The first leg of the path (first 5 steps in this case) to (11,9) is just the blue path to (3,2).
After that, the blue path must go North once more than East to reach (10,10) from (3,2), so the silver ghostly path does the opposite, going East once more than North.
So, the ghostly soul winds up two steps further East than North in total after the 20 total steps—once during each of the two path walking parts (up to the doom point, and thereafter).
What this means is that for each (blue) path that hits the diagonal of doom, there is one and only one path where the ghostly soul can "take over" and complete the walk, which necessarily finishes at (11,9). So, the number of such paths is 20C11. The remaining paths must therefore remain on or above the main diagonal (green), so there are
such paths. Or, more generally, for an n x n grid.
The first solution to this problem came from Spanish mathematician Eugene Charles Catalan (1814-1894). Hence, the numbers Cn are known as Catalan numbers. And if you're wondering if there is some exceptionally beautiful proof that just says that 1 out of n+1 of the random walks remain on or above the main diagonal…yeah, well me too! And if there are any exceptional mathematicians reading who know, this is one of those moments when I'd rather you not spoil it because I'd rather it remain a wonderful mystery to take a walk and think about once a year or so. But if this remains an unsolved problem, I'd be happy to have that sourced.
Back to Architecture
The Catalan numbers are the answer to a two-dimensional counting problem. How does that relate to a three-dimensional architectural structure?
I wasn't sure that I could answer that question when I started working on this article. I learned about Catalan numbers as a teenager, but was never as strong a geometer as I was with discrete math. I'd heard of Catalan solids, but wasn't sure if there was a relationship to the Catalan numbers. I am certainly no master architect, and I'm piecing together my latent understanding of the solid geometry on the fly, so forgive me if I make a mistake or two. I'm happy to learn from a greater geometer who may stumble along this post. But…crap, I was unable to unravel the complete connection in my hotel room in Austin, and I haven't really had free time to work on it since.
Oh well, let's see if we can establish some vague connections among Catalan's mathematical passions (assuming they're related, which they might not be at all).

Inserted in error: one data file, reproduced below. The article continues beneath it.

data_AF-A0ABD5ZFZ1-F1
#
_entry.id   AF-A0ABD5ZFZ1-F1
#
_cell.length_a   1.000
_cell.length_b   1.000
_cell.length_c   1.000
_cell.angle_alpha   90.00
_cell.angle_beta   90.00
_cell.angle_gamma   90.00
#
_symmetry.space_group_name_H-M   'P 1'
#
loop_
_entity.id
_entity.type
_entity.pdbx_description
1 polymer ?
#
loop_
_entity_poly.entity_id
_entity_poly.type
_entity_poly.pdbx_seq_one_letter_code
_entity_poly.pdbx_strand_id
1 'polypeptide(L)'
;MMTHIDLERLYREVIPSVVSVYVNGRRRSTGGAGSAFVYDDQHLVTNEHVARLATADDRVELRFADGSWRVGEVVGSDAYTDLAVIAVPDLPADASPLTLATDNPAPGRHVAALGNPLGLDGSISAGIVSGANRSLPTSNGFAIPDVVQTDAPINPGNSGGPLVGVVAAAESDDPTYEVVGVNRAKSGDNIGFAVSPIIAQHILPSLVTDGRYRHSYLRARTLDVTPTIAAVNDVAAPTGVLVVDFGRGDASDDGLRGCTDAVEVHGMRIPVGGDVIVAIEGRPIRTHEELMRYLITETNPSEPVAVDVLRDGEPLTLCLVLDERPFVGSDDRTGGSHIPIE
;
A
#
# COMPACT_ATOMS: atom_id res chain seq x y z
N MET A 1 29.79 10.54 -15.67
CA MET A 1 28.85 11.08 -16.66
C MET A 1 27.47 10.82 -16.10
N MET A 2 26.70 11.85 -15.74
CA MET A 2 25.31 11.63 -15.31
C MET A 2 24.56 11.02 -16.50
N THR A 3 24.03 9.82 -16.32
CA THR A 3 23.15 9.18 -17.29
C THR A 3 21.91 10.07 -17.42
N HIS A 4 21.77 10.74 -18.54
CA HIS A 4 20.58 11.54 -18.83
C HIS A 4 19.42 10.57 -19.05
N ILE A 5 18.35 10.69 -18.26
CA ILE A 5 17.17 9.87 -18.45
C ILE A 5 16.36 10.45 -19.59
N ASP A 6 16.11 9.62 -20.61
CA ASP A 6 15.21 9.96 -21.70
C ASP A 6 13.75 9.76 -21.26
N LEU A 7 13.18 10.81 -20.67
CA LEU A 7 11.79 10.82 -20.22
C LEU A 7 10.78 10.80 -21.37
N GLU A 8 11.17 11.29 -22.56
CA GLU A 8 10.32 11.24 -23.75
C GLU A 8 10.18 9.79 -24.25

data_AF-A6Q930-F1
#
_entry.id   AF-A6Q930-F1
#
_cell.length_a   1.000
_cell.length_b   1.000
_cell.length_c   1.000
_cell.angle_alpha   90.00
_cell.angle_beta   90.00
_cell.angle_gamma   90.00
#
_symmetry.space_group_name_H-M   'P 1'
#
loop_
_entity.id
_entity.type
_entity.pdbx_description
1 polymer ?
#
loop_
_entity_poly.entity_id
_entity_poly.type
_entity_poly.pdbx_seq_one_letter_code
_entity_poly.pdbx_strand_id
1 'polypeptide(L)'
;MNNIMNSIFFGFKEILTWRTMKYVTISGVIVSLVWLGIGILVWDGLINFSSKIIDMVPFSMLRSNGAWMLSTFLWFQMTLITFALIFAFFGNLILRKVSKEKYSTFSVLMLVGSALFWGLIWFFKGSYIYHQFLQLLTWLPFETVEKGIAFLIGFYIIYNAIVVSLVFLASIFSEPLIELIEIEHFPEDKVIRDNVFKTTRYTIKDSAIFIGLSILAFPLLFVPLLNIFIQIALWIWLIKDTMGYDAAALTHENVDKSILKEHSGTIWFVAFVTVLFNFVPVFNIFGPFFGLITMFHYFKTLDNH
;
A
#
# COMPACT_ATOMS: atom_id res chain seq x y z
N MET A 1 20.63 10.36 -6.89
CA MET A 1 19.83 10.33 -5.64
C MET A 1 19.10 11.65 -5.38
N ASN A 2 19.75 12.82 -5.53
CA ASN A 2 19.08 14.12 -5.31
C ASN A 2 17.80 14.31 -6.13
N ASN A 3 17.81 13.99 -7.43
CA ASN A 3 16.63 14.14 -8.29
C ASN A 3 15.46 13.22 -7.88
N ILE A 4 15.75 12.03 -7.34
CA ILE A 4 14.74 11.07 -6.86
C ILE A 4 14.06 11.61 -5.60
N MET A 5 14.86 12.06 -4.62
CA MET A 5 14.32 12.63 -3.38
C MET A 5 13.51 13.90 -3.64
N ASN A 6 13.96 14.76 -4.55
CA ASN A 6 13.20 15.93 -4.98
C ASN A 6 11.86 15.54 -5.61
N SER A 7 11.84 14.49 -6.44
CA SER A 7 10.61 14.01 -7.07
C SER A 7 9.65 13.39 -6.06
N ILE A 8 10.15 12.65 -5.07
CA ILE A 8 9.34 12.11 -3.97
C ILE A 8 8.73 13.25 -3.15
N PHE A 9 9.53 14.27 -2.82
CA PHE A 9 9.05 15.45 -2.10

The protrusions of these 13 solids are all regular pyramids, which are protrusions from the 13 Archimedean solids, with chirality intact for the snub cube and snub dodecahedron (which may excite some math/physics geeks). Regular pyramids are extremely strong structures. If we take the polygonal nets or quasi-nets (same tiling repeated as needed), and stretch them out without completing the folds into closed solids, we can achieve dome-like structures: geodesic domes.
This time lapse of the construction of a Catalan dome shows a key feature of the architecture: the triangular frame. Catalan domes can technically be built without the triangle, but the triangle is the "strongest" polygon. If somebody hits you in the face with the corner of a cardboard polygon, you'd rather have that polygon be of many sides so that it would "give" and fold in. That doesn't happen with a triangle.
Really, arches can be thought of as fractalized triangles. They do not buckle under pressure until the building material itself is somehow broken. The discrete approaches the continuous model, asymptotically according to the sizes of the tiles or bricks.
So, here's where I am now:
Catalan numbers are also counts of Catalan mountain ranges, which is like a fractal representation of a simple set of (strong) triangular structures.
Catalan numbers also count triangulations of polygons.
These are part of my lesson on Catalan numbers, and certainly have potential for direct relationship to Catalan domes and vaults. But is there any relationship?!
I Give Up
I finally broke down and searched the internet, finding this article on Catalan vaults at Wikipedia. It turns out that the architecture is more due to a different Spanish genius, Rafael Guastavino, but was later named after Catalan—very possibly due to the reasonably entertaining notion that the Mountains of Catalan and Catalan Solids must surely relate to the architecture. Maybe there is some wonderful discretization of these arches and domes that relates back to Catalan, but that is beyond my two hour skill level, and possibly far beyond.
And there I will retire. I hope you are as entertained as I am.